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[178] works, I do not think even our generals were prepared for the disclosures which the operations of the morning had made known to them. Instead of an outer work, to temporarily impede our approach, it was soon ascertained that we were directly in front of the rear of the fortification of the Fort itself. These works beginning on the Cumberland, at the southerly side of Dover, and the main fort, ran around on the top of the high ridges before us to the head of the back-water on the north, here and there with bastion-works of a formidable character, and at all points with formidable batteries sweeping the more available approaches. These ridges vary from one hundred and fifty to three hundred feet in height, and are covered with the most dense timber and under-growth, concealing, in a great measure, the character of the enemy's defences; the few balls which they were induced to occasionally favor us with, afforded, for the most part, our only clue as to the calibre of their guns.

During the night previous, Gen. Oglesby, in advancing along the ridge running toward the river above the Fort, and which formed our right wing, suddenly came upon a battery sweeping the road upon which he was advancing. The enemy, either not aware at the time of the vicinity of the force, or wishing it to advance still further, refrained from opening, and the General managed to withdraw his men without suffering anything worse than a bad scare. If the battery had given them the contents of their guns, the fire must have decimated the entire brigade. Some few guns were discharged by our men in the confusion of the moment, and the horse of a certain chaplain became frightened and began a flight which bid fair to land the non-combatant plump over the batteries. A few agonizing “Whoas,” and still more emphatic pulls, however, checked the rebellious tendencies of the beast, and the parson, I noticed, eschewed horses ever after.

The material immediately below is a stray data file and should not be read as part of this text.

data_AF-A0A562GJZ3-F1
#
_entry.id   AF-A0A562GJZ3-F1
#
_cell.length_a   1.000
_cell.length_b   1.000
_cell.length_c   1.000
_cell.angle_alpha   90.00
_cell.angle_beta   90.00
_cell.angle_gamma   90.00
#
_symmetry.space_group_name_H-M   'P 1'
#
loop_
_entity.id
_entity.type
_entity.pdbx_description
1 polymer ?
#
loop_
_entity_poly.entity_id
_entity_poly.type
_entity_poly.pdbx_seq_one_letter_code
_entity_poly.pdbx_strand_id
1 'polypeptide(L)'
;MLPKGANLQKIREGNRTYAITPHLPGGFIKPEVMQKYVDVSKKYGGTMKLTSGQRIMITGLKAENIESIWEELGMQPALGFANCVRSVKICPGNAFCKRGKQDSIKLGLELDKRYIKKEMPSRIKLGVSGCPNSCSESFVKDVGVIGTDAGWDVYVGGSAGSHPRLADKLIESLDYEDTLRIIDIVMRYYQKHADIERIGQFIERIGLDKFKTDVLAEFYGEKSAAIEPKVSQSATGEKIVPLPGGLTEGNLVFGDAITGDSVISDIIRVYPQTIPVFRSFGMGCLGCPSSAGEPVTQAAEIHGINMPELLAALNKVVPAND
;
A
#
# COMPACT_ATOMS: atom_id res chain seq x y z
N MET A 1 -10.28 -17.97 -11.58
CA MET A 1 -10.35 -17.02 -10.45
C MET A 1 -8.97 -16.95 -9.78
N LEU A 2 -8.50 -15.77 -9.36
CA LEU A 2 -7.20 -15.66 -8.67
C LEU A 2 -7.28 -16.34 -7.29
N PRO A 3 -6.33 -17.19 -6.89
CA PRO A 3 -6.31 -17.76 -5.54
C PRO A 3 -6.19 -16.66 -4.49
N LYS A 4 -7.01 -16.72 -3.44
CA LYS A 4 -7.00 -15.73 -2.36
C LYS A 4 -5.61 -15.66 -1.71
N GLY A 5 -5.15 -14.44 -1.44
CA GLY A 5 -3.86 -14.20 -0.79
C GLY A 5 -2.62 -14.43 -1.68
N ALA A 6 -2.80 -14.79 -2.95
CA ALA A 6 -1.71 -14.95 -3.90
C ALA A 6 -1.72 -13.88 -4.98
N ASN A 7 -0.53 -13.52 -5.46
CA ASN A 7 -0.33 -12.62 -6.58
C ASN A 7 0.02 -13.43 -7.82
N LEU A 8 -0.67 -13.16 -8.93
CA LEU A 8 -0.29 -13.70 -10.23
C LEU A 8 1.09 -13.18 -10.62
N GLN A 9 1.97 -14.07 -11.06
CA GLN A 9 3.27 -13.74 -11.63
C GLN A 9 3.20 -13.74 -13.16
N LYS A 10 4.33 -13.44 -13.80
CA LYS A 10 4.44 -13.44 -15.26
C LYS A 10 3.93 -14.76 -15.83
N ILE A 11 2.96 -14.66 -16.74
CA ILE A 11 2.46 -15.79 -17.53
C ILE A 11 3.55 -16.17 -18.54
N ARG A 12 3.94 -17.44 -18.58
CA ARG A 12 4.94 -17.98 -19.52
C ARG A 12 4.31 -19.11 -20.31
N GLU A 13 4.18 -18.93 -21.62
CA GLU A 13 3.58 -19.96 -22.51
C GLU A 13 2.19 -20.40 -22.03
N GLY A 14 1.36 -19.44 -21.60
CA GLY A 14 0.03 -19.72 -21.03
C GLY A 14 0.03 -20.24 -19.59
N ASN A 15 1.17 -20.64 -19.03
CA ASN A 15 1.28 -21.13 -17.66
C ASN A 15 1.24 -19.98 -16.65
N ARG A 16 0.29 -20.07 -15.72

This morning, Gen. O.'s brigade forced the enemy from this position, and subsequently from another, and advanced the right wing still farther toward the river. A subsequent movement completed the lines of circumvallation nearly to the river itself, and gave us a position rendering the arrival of any more reinforcements from Nashville hardly probable.

The operations of the day partook largely of the character of a series of reconnoissances. The artillery posted on the hill would send a ball across the valley on an enquiring errand, and in reply would get a solid ball or shell, which, lodging in close proximity to our artillerists, would be hunted up and examined, and inferences drawn as to the character of the batteries pitted against them. This practice resulted in no casualties on our side of importance, and revealed a good deal of imformation in regard to the position of their redoubts. The severest casualty of the morning was in the Seventh Illinois. In advancing down a road on a ridge connecting the two hills on which the opposing forces were drawn up, a battery of three guns, from the hill above, opened suddenly with grape and canister. Fortunately the battery had been discovered a moment before, and the men had to a great extent availed themselves of the protection of the neighboring trees, before the storm of iron hail was fairly among them. Your correspondent, who was advancing with the rest, has a very friendly recollection of a huge oak, but for whose protecting shelter the readers of the Democrat would probably have suffered the small loss of this imperfect narrative of subsequent scenes. Capt. Menkle, and many a brave fellow of the Seventh, dropped to the ground beneath this fire; but the regiment bravely advanced, scattered the skirmishers of the enemy lying in the valley, and maintained the position they were sent to occupy.